Monday, May 30, 2016

How to fix Drake's "Views"

We're witnessing a change in discourse regarding music that's both a gift and a curse.  Spurred on by the rise of surprise releases and the ubiquity of social media giving us an all-access pass to the thoughts of critics and fans alike, the gestation period for albums is becoming shorter and shorter.  In a way, that's exciting.  Even as a mild Radiohead fan, I couldn't help but get swept up in the fervor a few weeks ago when they dropped a new album on a Sunday afternoon with very little lead-up.  That collective listening experience is intoxicating.

But it also leads to everyone feeling the need to be the fastest one to deliver the hottest take.  Can we really determine if Beyonce's Lemonade is a masterpiece on the first night of listening to it?  Likewise, was The Life of Pablo really the mess everyone instantly declared it to be after Kanye West finally let us listen to it?

This year's biggest victim of this phenomenon is Views, Drake's expansive sad-rap rumination on fame, loneliness, and the city he calls home.  Once it dropped, the early opinion deemed it a bloated, monochromatic letdown.  Official reviews ran with that idea too.  Pitchfork, one of Drake's biggest acolytes, gave the album a 6.8.  Stereogum, The AV Club, Hip Hop DX, and various other sites were similarly lukewarm.  Advance copies weren't given out for this album, and if you look at the dates that these reviews were posted -- some of them on the same day it was released -- it's clear that reviewers didn't give Views much time to marinate.  I can't help but wonder if the general consensus on the record would be a little different if there wasn't such a rush for everyone to get their official opinion on it out into the world.  After all, the album has a 68 on Metacritic, a score far more mediocre albums regularly eclipse.

I, too, was in the negative camp when I first heard the album.  I've always had issues with Drake's music, and Views initially felt like all of his worst impulses compounded into an LP that heavily emphasizes the L.  After a few listens, it started to grow on me considerably, to the point where I've become somewhat of a champion for this deeply underrated album.  Views has some gems to offer up.  The problem is that it asks the listener to sift through a little bit of rubble to locate the shiny bits.  So I've proposed a solution, what I like to call Views: The Antonio Whitehead Cut.  It looks a little something like this:

1. Weston Road Flows
2. 9
3. U With Me?
4. Feel No Ways
5. Hype
6. Controlla
7. Redemption
8. With You
9. Still Here
10. One Dance
11. Child's Play
12. Too Good

The biggest sin Views commits is that it's way too long, clocking in at 81 minutes but feeling more like 100.  So the initial step is to start chopping off songs.  First to go is "Keep the Family Close," which actually is a good opener in concept, but in execution it's mostly just a slog.  Nix "Faithful" because it's boring and not very memorable.  "Grammys" sounds like an outtake from What a Time to Be Alive, a mixtape that already feels like a collection of outtakes.  Every incarnation of "Pop Style" stinks, so that can go too.  "Fire & Desire" feels twice as long as it is, and the fact that it's near the end of the album doesn't help matters either.  Once that song gets cut, there's no real reason to keep "Summers Over Interlude" either.  Trim all of that fat and you've got a lean 53 minutes of music, almost the perfect length for a rap album.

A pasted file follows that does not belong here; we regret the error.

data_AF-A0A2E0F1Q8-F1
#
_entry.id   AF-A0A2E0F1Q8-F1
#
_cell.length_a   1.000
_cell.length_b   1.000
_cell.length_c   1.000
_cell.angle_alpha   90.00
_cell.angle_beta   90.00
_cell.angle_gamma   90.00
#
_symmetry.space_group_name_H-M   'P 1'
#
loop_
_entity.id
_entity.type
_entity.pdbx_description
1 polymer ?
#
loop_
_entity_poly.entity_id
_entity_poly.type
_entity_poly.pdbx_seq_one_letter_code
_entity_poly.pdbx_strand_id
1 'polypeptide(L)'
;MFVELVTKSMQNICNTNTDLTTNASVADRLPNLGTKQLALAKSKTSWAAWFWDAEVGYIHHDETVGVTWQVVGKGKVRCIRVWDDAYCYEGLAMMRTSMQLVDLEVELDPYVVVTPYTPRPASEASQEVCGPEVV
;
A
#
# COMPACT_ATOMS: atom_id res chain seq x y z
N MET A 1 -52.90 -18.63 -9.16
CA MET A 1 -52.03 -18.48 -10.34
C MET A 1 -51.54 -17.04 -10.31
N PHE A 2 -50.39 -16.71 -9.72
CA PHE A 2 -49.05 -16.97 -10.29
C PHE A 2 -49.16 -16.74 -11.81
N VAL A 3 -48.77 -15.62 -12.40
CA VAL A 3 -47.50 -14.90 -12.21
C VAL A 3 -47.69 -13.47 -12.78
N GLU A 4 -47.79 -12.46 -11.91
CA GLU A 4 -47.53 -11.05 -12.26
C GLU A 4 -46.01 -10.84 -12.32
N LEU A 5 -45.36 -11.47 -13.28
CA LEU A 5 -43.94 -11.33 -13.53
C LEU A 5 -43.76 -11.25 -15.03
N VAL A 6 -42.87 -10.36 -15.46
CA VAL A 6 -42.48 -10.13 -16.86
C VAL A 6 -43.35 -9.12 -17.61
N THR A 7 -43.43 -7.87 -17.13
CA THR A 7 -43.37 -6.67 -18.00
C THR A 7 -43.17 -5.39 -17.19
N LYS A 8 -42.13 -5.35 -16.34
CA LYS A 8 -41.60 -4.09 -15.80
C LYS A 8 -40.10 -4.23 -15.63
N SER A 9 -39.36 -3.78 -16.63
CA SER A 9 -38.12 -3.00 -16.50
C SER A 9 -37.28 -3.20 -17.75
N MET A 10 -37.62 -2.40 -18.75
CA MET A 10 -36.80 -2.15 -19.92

Then there are finishing touches to put on the sequencing.  Without "Keep the Family Close," the album is lacking a fitting opening song.  The terrific "9" has 40 and Boi-1da combining their powers to create a beautiful, chattering beat but it doesn't exactly set the stage for the album.  That's why I propose putting "Weston Road Flows" in the leadoff slot.  With no chorus and four minutes of Drake spitting some of the best bars on the album, it's a perfect shot in the arm to start the record with, and it bookends nicely with the straightforward rapping approach of the album-closing title track.  The only other minor problem is that "Controlla," "One Dance," and "Too Good," the trio of dancehall-tinged tunes that are all highlights, are way too clustered together.  Moving "Controlla" closer to the front of the album helps spread that sound out a little bit, and also keeps the three songs in an order of increasing excellence.

Views: The Antonio Whitehead Cut isn't a perfect album.  It can't escape one of the other big issues with the record: Drake's persona, which has grown more oppressive and exhausting with each release.  Reducing the track length also reduces how much of Drake you get, but you're still bound to hear alot of his weird issues with women and his "woe is me" posturing, only seeming half-aware of how much he actually sounds like a jerk in most of the scenarios he describes.  And for what it's worth, this is a mood piece album that's trying to evoke some very specific vibes, so removing the sprawl makes it harder to appreciate what Drake and 40 are aiming for.  Still, this streamlined version of Views goes down much easier.  If it had been released in this incarnation, it would be considered one of the best rap albums of the year.

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